Review: A Girl Like You by Maureen Lindley

 

 

Title: A Girl Like You

Author: Maureen Lindley

Published: Bloomsbury July 2013

Status: Read from July 18 to 19, 2013 — I own a copy {Courtesy the publisher}

My Thoughts:

If I hadn’t read Garden of Stones by Sophie Littlefield late last year, I suspect I would have found A Girl Like You more affecting. Instead, my reaction to this story of loss, prejudice, love and survival is somewhat blunted by the similarities in the plot and characters between the two novels.

In A Girl Like You we are introduced to thirteen year old Satomi Baker and her family who live in a rural town on the coast of California. Satomi’s father, Aaron, is a white American who met her Japanese mother, Tamura, in Hawaii. With both families disapproving of their relationship, Aaron and Tamura moved to a farm in Angelina, where Satomi was born. Though Tamura has never been welcomed whole heartedly by the small town community as the threat of WW2 escalates, she and Satomi are ostracised, despite Aaron having volunteered to serve with the US Army and becoming a victim of the attack on Pearl Harbour.
Satomi, who considers herself American, is a feisty, precocious teenage who rebels against her father’s strict rules. Though she acknowledges she is different to her peers she doesn’t want to be and as the town begins to turn on Satomi and her family, she is hurt and angry.

Identity is an important theme explored in A Girl Like You, Satomi struggles with being half Japanese and the ways in which it makes her different from her peers, despite identifying as an American. Satomi is also in the grip of adolescence and trying to decide who she wants to be and what she wants for her future.

Shortly after Pearl Harbour, Tamura and Satomi are forcibly relocated to Manzanar, a government internment camp in Nevada for all those with Japanese ancestry. While the prisoners did their best to create some semblance of a normal life during their interment, Manzanar is characterised by poor sanitation, badly prepared food and substandard housing – little more than stalls, conditions thousands of internee’s were forced to endure for years. The Japanese were watched over by armed guards, afforded little health care or educational or employment opportunities. It’s a confronting historical circumstance post-WW2 generations are largely ignorant of and one which Lindley illustrates well.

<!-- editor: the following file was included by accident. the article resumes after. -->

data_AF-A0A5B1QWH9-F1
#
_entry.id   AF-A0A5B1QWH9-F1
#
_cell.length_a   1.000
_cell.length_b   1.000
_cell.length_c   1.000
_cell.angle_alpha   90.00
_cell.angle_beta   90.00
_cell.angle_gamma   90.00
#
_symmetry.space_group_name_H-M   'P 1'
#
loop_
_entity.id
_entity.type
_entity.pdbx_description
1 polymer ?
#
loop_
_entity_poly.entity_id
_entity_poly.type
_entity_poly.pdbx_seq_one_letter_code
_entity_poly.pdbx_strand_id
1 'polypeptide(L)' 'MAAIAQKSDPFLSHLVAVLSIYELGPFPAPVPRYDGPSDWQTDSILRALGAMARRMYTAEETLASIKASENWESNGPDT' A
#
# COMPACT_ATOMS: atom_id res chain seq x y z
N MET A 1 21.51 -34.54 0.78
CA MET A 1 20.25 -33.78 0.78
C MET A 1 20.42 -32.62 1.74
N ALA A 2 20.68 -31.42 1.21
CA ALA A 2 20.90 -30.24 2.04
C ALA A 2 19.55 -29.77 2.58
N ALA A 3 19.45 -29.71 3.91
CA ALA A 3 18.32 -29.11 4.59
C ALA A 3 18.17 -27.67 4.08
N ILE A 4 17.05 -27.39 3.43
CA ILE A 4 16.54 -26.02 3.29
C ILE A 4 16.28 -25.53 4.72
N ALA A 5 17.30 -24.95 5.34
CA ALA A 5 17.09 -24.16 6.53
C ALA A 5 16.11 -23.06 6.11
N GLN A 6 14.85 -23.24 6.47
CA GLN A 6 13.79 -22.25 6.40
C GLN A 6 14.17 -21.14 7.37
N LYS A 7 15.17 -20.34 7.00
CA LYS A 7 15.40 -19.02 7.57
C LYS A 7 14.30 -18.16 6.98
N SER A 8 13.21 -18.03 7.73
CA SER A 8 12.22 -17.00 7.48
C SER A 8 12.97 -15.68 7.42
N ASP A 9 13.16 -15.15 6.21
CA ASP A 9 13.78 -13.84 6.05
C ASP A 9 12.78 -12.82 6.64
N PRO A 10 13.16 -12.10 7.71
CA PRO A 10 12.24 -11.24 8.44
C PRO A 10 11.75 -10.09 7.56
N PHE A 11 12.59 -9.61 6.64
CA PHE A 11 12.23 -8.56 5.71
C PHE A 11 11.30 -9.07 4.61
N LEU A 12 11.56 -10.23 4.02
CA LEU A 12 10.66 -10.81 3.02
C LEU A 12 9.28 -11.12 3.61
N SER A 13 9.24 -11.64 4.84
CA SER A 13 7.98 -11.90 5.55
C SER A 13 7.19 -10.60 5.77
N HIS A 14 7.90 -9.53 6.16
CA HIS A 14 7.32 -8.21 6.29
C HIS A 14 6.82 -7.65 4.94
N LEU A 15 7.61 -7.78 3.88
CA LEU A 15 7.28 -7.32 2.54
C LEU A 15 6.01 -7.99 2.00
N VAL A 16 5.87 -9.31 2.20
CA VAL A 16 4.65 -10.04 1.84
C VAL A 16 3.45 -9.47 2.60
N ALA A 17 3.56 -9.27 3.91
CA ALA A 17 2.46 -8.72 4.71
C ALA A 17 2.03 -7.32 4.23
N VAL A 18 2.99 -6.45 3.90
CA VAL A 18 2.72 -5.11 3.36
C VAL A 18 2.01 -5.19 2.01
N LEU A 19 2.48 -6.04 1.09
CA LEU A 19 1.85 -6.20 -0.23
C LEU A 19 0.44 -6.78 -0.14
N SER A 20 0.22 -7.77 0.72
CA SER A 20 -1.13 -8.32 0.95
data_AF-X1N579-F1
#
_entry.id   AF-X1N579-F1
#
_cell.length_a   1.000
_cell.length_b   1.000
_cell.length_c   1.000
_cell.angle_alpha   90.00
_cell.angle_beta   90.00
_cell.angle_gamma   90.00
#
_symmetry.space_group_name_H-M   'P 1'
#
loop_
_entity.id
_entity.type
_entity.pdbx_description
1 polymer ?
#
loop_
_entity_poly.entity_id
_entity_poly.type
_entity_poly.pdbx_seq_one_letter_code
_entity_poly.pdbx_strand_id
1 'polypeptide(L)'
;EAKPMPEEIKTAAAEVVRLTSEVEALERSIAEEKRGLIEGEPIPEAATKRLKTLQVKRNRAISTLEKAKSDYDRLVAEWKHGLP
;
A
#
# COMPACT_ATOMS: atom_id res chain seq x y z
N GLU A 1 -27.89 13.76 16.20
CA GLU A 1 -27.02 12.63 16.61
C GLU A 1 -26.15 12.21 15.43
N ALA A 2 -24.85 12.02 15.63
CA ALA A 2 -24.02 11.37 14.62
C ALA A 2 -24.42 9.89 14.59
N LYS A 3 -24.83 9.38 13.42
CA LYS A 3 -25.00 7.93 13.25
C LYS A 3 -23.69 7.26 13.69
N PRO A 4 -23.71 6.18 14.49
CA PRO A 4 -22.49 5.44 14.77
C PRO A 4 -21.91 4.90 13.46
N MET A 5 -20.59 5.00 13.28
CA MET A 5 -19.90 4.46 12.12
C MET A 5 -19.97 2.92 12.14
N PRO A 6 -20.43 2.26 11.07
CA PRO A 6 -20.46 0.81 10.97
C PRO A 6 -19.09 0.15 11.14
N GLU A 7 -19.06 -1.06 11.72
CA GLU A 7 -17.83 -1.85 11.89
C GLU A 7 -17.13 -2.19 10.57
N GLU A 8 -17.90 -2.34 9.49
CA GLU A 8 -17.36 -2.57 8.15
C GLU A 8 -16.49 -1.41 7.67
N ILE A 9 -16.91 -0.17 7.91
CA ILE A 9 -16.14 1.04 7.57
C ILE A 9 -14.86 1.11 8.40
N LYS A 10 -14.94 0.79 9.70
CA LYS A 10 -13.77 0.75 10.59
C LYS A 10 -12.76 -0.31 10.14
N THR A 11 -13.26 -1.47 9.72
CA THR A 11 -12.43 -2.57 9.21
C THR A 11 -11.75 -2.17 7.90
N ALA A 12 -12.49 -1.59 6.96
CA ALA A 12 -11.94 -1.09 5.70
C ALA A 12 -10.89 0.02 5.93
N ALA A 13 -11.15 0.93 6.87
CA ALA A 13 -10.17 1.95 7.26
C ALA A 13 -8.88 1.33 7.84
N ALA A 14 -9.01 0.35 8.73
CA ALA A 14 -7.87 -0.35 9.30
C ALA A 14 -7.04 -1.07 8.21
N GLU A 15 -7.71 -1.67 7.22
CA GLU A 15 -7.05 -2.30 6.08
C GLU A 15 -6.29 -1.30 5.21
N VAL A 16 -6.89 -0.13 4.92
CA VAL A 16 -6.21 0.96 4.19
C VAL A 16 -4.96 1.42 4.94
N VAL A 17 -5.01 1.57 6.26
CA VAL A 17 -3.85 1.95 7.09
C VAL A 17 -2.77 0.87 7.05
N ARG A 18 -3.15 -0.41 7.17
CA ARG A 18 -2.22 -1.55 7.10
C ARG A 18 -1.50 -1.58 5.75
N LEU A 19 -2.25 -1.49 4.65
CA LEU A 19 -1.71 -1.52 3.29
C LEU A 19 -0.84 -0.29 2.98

Eventually the camps are emptied and the orphaned Satomi, whose family property and possessions have been ‘appropriated’ in their absence chooses to make a fresh start in New York. It is as Satomi remakes herself in New York that this novel fell apart somewhat for me, the focus switches to romantic developments which I found less compelling and somewhat trivial.

A Girl Like You is an appealing, poignant and fascinating story combining a moving coming of age tale with historical and social commentary. Though I can’t help comparing it to Littlefield’s Garden of Stones due to the strong similarities, it does so favourably and I’d be happy to recommend it.

 

Available to Purchase from

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4 Comments (+add yours?)

  1. readerbuzz
    Jul 22, 2013 @ 22:58:44

    I hate it when I read books with similar themes close together. One is inevitably disappointing.

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    • shelleyrae @ Book'd Out
      Jul 23, 2013 @ 17:36:24

      They actually came out fairly even I think Nancy though if you have read one, I wouldn’t recommend the other

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      Reply

  2. Patty
    Jul 22, 2013 @ 23:41:27

    Totally agree with readerbuzz but this still sounds good!

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    Reply

  3. Melinda
    Jul 25, 2013 @ 00:20:17

    This does sound like it could be a nice review. Thanks for sharing your thoughts

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    Reply

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